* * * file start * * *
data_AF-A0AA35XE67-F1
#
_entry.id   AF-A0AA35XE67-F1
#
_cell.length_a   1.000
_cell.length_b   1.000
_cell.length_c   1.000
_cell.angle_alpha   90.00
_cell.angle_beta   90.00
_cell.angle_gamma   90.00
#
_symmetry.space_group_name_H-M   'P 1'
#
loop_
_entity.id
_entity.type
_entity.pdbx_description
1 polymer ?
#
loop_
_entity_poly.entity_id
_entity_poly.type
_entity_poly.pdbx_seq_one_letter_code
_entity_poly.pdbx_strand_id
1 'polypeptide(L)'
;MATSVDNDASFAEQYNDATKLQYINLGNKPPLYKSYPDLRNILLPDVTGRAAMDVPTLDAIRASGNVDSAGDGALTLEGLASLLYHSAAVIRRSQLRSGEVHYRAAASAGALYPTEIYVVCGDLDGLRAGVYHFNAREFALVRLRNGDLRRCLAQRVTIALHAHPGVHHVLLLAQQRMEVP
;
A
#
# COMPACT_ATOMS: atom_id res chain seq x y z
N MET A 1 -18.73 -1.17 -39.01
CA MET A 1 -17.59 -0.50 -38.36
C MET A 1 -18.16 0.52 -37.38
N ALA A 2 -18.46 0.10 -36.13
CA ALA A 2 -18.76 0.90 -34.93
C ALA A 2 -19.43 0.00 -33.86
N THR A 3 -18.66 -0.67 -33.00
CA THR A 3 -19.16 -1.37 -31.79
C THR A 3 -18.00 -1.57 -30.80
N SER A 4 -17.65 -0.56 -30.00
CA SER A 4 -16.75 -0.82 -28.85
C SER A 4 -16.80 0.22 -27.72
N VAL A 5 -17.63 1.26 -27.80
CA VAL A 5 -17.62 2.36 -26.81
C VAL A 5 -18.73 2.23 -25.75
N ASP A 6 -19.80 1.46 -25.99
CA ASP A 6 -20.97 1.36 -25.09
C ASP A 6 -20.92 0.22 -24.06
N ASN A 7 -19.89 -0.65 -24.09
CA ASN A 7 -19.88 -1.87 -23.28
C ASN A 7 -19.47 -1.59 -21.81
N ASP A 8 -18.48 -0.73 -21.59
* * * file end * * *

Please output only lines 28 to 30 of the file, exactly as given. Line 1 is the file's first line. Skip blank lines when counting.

A
#
# COMPACT_ATOMS: atom_id res chain seq x y z